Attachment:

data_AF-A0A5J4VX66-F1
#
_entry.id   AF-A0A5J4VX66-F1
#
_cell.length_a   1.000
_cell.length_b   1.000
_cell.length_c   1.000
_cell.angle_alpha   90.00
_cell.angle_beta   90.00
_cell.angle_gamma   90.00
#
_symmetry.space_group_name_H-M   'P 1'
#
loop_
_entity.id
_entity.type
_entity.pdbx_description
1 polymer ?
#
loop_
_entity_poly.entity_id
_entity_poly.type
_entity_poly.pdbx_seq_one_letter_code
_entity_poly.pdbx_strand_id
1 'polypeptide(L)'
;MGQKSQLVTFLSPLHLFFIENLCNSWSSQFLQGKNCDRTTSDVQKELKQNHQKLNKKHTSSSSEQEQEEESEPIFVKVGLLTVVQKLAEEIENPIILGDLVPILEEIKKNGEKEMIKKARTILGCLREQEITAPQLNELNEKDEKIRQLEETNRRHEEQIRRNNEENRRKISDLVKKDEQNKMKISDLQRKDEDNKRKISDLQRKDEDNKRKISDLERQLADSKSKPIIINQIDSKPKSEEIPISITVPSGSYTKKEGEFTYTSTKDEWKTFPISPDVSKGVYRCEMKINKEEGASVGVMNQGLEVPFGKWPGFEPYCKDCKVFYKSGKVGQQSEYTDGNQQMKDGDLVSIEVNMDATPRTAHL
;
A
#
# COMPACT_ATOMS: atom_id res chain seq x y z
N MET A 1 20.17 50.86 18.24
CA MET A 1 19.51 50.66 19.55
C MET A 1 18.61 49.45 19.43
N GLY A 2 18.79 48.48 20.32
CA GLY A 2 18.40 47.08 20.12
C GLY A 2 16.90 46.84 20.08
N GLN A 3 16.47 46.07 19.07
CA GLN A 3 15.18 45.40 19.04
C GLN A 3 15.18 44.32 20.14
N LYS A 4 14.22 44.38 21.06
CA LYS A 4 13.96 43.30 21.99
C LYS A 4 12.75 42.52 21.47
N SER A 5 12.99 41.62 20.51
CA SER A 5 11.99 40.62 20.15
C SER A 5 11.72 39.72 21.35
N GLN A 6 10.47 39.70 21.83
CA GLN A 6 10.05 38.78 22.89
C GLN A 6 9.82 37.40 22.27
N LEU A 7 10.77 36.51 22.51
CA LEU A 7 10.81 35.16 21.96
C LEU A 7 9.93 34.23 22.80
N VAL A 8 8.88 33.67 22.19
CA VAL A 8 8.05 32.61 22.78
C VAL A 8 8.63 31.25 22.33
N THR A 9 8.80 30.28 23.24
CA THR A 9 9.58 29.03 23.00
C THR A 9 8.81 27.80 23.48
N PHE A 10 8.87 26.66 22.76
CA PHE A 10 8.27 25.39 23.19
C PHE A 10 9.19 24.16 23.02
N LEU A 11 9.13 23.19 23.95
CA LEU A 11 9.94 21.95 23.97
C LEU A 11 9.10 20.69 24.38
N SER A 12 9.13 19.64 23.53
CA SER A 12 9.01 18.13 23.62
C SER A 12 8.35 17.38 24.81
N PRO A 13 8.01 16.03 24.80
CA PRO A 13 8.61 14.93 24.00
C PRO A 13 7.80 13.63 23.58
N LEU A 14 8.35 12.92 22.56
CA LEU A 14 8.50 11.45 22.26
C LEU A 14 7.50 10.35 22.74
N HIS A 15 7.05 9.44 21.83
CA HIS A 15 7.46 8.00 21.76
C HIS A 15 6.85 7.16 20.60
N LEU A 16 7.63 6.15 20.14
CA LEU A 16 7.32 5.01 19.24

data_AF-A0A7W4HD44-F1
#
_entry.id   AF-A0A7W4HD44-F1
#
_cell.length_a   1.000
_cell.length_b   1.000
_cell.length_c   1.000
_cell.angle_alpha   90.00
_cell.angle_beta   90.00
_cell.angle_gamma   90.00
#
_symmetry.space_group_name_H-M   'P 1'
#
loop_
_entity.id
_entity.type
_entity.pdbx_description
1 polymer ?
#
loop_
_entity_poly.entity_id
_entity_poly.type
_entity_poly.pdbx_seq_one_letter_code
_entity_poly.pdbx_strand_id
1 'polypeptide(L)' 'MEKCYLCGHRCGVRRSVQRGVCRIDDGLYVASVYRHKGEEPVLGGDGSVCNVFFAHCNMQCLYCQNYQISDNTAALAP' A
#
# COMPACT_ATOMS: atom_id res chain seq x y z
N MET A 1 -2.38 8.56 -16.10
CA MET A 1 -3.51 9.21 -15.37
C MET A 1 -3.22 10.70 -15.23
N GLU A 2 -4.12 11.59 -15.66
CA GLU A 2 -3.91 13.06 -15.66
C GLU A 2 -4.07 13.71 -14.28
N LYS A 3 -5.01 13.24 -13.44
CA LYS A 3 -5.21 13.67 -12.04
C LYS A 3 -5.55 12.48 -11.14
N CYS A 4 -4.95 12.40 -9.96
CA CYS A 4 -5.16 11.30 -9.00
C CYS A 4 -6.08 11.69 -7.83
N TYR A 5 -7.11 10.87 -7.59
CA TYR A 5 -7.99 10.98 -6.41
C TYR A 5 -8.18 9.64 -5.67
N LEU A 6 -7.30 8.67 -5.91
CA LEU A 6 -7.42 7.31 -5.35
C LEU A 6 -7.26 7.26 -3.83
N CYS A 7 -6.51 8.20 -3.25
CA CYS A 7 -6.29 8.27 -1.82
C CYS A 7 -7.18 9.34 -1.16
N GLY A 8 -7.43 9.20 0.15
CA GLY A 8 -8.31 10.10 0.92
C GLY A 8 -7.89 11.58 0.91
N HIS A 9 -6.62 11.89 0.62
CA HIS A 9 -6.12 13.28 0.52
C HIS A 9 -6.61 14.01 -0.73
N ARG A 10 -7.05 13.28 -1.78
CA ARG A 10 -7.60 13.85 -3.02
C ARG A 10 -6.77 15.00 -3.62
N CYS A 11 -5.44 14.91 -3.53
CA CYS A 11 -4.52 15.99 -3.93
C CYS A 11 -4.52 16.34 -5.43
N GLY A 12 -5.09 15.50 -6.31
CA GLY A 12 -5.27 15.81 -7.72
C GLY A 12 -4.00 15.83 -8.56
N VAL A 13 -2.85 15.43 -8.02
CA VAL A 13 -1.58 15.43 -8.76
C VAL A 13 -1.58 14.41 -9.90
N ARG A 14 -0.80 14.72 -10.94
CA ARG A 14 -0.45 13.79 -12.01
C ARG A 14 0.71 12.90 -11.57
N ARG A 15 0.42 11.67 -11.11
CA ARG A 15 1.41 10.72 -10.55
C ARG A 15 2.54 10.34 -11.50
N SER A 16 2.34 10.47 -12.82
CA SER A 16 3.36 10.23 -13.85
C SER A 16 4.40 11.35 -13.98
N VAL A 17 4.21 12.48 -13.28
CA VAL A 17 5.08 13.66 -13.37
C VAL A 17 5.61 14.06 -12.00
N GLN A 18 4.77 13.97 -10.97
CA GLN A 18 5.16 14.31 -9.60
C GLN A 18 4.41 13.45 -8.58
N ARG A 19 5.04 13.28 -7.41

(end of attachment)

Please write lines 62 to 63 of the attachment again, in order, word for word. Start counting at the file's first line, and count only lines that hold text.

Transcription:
CA LEU A 11 9.94 21.95 23.97
C LEU A 11 9.10 20.69 24.38